FULLERTON, Calif.—Saturday’s elimination game between Columbia and New Mexico started at 4 p.m. Pacific Time, and for seven innings, it looked like the nightcap between Cal State Fullerton and Arizona State would start as scheduled at 8.
Then the Lions rallied for five runs in the eighth, and the game dragged on until the 13th inning, when Columbia finally pushed across a run and held off New Mexico’s threat in the bottom of the frame to win. By the time the Titans and Sun Devils got started, it was 9:45 p.m. PT, but the late start time did not deter a boisterous Goodwin Field crowd of 3,371, and it did not deter Justin Garza and the Titans. When the final out was recorded three hours later, Fullerton had earned a ticket to the regional championship round with a 1-0 win.
“We sat over there for a long time, a little longer,” Titans coach Rick Vanderhook said. “Once Columbia scored a run, we were all fired up on both sides, because we were all tired of standing in one spot. Once you get going, with the juices going, I didn’t even know it was 1 o’clock in the morning until just now.”
Garza, one of Fullerton’s freshman co-aces, said the late start “kind of rattled” him, but it sure didn’t show. He came out of the gate pumping 93-94 mph heat and struck out the first two batters of the game on disappearing changeups. He struck out four of the first five batters he faced en route to a career-high-tying nine strikeouts over 8 1/3 stellar innings of shutout ball. He was characteristically efficient, pounding the strike zone with all three of his pitches and exiting after just 101 pitches.
“I wanted to get ahead early with my fastball,” said Garza, who set a Fullerton freshman record by earning his 12th win of the season. “Usually my changeup’s my go-to pitch. I broke out the cutter around the third inning, and I just ran with those three pitches—they were working for me all game. I felt really good.”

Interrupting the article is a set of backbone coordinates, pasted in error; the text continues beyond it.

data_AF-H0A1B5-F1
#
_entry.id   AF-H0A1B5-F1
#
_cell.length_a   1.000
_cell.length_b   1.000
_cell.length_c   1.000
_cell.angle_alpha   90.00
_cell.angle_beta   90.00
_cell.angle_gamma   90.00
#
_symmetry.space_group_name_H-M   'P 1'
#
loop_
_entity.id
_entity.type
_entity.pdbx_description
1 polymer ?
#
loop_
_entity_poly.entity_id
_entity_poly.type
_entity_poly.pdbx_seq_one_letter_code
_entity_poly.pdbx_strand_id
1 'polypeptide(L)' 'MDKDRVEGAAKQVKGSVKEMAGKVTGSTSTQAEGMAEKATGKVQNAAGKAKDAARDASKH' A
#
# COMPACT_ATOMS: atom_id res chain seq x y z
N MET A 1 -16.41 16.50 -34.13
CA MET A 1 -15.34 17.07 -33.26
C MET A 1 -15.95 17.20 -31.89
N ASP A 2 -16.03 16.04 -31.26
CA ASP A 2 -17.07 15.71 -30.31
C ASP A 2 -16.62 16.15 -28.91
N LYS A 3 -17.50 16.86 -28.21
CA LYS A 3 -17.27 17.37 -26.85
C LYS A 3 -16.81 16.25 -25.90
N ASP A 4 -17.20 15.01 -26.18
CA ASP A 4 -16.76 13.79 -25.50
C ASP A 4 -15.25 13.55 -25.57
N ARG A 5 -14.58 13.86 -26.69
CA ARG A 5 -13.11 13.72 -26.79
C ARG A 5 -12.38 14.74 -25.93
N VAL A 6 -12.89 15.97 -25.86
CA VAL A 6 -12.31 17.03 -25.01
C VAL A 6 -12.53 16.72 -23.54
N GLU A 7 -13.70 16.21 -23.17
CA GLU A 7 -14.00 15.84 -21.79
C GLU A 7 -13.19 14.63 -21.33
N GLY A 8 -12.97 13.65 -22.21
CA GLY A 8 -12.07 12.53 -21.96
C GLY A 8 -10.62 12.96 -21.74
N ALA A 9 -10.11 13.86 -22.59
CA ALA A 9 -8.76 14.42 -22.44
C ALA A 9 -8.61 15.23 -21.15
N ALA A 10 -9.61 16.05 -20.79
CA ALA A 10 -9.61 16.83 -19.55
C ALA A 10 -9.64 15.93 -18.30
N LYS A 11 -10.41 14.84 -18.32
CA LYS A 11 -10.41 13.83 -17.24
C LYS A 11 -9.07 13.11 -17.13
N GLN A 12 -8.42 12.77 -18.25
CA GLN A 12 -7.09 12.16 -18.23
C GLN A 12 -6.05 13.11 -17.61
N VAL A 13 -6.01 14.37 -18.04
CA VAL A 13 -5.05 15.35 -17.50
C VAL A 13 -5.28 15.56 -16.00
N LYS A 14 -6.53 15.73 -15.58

“He just continued to pound the strike zone, and he just kept us off balance,” ASU coach Tim Esmay said of Garza. “He kept us off balance by throwing strikes. He could throw his changeup for strikes, he could throw his cutty or little slidy for strikes. He did a good job of never letting us get comfortable tonight.”
Arizona State’s own outstanding freshman, lefthander Ryan Kellogg, nearly matched Garza, keeping the Titans scoreless through six innings. But Jake Jefferies led off the seventh with a double off the left-field wall and came around to score two batters later on Richy Pedroza’s sacrifice fly, giving the Titans the only run they would need.
The Sun Devils put the tying run at third base with two outs in the eighth, but Garza escaped the jam by striking out the dangerous Michael Benjamin on an 84 mph cutter.
“We went three cutters in a row with that guy,” Garza said. “The first cutter cut the most out of them, the second had the least cut, the third really didn’t cut at all. I’m thinking he thought it was going to cut more, and it really didn’t, and he thankfully missed it.”
Garza exited after giving up a one-out single in the ninth, and Michael Lorenzen trotted in from center field to close it out. He froze Nathaniel Causey on a 96 mph fastball over the inside corner, then caught Trever Allen looking at a 98 mph heater over the outside corner to end it.
“(Garza) threw the best game that i’ve ever played defense behind,” said Lorenzen, who set a new school record by picking up his 35th career save. “I felt a lot of pressure to come in and take care of it. I told him there was no way he was going to leave this game with a no-decision.”
It was another instant classic in this intense rivalry series, which has featured 17 postseason meetings, with Fullerton now owning a 9-8 advantage. Six of those games have been decided by one run, with the Titans winning four of them.
“It’s been a history here with a lot of games with Arizona State and Fullerton,” Pedroza said. “I was just proud to be a part of it. I just told the team, ‘Enjoy it.’ “